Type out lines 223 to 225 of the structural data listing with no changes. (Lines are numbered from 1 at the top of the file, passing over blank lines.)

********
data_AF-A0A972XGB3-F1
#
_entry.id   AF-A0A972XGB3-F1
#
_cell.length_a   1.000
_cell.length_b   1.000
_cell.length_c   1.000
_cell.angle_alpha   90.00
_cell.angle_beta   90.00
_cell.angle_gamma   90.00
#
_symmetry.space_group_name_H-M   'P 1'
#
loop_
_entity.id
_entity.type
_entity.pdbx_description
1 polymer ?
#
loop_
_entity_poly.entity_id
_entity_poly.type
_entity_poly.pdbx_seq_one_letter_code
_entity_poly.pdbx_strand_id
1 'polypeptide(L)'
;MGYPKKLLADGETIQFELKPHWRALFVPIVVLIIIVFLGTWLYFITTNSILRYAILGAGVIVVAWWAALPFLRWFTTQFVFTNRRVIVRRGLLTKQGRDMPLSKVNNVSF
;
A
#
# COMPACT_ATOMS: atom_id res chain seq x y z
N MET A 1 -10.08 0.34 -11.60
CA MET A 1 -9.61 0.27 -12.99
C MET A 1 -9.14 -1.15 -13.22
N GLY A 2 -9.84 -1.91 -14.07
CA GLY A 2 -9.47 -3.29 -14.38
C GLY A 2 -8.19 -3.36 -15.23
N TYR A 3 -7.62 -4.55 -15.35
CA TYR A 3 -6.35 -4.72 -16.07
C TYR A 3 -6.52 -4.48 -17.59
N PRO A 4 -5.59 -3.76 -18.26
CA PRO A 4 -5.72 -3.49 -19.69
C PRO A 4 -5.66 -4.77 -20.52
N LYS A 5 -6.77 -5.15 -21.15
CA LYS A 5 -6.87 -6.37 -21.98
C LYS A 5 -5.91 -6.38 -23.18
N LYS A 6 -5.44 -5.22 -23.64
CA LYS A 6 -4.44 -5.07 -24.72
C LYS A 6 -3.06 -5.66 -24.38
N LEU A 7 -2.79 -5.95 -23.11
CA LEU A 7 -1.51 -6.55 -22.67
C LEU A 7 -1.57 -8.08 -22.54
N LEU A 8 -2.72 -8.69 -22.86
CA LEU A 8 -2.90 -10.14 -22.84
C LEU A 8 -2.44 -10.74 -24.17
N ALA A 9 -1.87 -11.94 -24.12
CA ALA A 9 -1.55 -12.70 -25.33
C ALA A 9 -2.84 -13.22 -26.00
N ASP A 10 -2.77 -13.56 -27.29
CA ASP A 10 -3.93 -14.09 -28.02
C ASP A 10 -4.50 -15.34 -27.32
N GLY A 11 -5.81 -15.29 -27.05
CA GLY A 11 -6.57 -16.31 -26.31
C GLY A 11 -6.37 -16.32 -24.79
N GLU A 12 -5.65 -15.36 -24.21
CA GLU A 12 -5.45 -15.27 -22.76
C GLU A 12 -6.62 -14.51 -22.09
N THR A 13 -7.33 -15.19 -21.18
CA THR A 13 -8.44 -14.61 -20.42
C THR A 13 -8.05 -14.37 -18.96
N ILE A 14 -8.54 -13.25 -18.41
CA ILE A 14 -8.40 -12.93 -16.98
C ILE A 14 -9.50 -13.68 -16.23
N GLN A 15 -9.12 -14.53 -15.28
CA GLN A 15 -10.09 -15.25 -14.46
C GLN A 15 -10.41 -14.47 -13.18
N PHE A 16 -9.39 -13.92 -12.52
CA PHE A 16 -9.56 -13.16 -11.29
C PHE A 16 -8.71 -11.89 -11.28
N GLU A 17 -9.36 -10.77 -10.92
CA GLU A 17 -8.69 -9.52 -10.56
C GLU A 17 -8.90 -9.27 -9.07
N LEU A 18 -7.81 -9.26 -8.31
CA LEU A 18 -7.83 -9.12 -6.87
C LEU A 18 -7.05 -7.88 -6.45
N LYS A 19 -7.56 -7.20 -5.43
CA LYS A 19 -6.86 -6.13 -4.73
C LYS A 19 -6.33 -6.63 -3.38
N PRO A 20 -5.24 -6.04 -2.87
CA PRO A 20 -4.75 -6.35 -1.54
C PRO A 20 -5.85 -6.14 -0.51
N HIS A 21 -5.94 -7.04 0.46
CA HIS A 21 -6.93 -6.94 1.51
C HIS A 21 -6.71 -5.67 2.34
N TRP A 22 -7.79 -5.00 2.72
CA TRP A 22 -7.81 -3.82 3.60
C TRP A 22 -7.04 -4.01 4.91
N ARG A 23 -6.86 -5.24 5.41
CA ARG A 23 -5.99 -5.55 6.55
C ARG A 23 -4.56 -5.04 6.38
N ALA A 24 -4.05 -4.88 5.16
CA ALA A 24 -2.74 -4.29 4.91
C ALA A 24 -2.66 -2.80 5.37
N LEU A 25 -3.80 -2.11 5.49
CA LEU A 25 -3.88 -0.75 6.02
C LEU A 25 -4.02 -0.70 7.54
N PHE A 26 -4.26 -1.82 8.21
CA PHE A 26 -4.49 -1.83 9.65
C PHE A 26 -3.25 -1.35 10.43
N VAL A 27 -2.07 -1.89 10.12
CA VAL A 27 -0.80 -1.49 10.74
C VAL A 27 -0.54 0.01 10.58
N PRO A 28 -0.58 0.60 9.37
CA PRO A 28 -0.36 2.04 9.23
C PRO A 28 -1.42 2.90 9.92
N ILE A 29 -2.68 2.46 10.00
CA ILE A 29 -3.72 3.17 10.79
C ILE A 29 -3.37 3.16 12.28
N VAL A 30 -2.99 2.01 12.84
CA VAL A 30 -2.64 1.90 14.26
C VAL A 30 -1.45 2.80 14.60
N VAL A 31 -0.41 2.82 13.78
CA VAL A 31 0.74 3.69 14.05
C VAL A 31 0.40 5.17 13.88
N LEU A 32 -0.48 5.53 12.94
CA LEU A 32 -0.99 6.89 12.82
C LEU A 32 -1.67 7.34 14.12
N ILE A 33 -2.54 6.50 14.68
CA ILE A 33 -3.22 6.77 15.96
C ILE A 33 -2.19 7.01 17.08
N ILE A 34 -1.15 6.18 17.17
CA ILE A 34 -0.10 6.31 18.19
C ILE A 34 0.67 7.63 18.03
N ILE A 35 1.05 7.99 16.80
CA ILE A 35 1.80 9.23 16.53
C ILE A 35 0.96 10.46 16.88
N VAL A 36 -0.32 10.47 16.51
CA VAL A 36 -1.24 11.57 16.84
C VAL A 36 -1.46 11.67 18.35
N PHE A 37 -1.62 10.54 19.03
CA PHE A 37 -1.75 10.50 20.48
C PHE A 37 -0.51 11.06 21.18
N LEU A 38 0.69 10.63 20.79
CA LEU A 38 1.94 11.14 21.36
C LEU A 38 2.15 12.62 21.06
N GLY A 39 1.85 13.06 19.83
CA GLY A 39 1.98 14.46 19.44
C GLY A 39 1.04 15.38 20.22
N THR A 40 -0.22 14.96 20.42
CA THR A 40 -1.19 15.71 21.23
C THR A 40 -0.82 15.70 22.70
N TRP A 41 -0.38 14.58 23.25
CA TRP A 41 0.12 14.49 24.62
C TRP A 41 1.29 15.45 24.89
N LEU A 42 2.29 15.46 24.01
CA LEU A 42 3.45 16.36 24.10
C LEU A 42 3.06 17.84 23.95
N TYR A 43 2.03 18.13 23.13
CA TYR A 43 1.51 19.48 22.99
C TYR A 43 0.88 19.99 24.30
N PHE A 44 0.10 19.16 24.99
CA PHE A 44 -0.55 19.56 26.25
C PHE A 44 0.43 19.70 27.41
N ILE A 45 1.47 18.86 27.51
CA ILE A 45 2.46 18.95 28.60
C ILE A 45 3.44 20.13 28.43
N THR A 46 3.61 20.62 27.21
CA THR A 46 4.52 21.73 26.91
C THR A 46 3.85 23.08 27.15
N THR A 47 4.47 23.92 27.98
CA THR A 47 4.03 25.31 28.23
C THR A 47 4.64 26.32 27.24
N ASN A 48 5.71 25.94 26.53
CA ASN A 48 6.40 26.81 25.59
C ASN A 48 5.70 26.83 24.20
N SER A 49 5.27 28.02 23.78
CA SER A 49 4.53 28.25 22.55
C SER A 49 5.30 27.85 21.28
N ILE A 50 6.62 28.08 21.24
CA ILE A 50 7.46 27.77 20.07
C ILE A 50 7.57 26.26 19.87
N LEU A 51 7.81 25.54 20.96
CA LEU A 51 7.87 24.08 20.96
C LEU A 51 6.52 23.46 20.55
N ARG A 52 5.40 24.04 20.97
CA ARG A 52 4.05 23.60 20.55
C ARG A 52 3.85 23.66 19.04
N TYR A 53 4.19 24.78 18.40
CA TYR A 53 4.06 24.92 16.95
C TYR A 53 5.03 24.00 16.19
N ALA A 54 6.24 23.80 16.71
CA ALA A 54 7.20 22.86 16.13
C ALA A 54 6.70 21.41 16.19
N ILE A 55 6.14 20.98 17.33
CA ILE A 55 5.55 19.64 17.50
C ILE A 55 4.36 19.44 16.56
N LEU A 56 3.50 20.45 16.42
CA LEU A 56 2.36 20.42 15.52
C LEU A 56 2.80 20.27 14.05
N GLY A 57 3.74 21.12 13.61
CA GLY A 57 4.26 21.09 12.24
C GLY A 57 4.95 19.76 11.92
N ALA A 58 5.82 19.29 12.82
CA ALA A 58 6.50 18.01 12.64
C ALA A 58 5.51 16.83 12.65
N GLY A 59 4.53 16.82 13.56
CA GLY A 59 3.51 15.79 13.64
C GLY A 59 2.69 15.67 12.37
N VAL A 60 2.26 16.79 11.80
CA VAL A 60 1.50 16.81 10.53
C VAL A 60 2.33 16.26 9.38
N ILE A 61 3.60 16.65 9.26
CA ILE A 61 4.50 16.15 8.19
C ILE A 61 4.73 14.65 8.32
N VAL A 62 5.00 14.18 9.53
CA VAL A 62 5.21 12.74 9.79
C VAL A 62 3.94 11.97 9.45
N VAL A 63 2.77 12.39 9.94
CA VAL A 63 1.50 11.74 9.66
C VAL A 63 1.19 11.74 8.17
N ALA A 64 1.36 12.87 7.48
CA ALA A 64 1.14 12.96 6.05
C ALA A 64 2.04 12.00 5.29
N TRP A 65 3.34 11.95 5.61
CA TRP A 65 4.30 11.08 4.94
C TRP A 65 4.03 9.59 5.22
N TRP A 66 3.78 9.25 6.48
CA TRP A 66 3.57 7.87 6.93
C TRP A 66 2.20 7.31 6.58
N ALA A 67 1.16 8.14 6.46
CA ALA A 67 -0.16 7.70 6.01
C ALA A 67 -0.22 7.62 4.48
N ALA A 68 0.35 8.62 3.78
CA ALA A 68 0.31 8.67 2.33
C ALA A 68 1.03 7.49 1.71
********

N TRP A 65 3.34 11.95 5.61
CA TRP A 65 4.30 11.08 4.94
C TRP A 65 4.03 9.59 5.22